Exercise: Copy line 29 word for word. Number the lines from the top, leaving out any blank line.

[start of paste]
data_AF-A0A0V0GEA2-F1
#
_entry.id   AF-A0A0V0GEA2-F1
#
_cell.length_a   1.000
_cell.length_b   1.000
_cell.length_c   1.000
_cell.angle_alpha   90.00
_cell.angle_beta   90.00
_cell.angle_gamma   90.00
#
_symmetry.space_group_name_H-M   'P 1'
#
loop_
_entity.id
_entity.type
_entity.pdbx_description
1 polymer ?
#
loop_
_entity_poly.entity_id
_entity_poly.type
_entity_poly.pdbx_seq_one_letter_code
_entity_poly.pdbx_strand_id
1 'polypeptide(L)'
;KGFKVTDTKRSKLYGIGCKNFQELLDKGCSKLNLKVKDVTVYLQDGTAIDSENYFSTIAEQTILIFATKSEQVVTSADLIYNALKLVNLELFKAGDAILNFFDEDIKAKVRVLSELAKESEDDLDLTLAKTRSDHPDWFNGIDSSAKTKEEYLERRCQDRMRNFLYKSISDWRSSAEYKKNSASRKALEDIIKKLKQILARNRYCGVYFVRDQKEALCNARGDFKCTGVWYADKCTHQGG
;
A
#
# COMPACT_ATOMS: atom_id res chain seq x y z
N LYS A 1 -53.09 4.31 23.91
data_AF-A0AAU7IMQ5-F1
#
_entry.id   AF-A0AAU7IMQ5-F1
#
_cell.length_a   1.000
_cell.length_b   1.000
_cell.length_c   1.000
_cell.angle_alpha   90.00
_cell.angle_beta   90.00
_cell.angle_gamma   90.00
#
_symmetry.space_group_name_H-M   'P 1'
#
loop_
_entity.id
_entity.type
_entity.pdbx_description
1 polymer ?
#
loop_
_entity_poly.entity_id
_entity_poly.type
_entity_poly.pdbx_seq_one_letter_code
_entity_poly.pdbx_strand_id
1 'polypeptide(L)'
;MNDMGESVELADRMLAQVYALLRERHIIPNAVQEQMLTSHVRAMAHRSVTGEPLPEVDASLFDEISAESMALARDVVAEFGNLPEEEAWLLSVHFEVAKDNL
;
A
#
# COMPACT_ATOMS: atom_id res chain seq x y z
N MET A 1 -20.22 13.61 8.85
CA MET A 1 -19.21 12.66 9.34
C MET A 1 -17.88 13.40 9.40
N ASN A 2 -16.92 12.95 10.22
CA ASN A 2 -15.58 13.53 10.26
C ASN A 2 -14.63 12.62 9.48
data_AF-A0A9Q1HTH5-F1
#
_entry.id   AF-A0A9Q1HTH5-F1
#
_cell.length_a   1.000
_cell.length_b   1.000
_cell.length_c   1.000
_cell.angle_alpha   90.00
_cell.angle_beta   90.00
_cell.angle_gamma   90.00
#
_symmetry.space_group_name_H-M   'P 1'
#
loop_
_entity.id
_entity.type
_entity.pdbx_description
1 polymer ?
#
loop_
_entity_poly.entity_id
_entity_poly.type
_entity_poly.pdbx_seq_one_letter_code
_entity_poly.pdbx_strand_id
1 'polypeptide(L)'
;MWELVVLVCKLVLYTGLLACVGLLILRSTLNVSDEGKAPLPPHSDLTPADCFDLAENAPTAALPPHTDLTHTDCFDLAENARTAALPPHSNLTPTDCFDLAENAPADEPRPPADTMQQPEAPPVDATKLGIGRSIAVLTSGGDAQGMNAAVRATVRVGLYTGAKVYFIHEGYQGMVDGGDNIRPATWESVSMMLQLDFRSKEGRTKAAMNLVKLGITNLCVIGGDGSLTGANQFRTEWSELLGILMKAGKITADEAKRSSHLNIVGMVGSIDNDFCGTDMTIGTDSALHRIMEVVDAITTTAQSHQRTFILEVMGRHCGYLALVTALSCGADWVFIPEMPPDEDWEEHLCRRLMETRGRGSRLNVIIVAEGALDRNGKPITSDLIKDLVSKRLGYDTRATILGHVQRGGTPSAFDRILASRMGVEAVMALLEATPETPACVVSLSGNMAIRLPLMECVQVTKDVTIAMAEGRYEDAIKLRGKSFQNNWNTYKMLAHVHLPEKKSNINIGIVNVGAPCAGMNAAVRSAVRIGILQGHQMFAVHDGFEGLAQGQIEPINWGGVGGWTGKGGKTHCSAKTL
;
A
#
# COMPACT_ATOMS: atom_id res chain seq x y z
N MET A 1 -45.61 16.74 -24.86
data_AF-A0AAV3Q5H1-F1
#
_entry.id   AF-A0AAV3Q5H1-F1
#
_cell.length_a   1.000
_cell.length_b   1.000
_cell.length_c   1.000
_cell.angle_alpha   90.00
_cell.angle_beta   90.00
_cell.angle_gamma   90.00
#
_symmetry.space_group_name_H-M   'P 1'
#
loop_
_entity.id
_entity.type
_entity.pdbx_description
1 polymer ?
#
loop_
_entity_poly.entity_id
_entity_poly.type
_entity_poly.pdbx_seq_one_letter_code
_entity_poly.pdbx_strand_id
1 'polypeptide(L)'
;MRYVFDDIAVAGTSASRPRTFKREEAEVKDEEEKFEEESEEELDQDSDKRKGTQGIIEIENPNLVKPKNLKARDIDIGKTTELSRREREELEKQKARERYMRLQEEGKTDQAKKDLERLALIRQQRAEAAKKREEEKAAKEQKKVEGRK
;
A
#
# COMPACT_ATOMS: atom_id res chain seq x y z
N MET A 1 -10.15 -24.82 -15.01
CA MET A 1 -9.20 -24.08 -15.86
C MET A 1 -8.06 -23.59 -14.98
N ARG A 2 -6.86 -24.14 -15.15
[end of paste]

#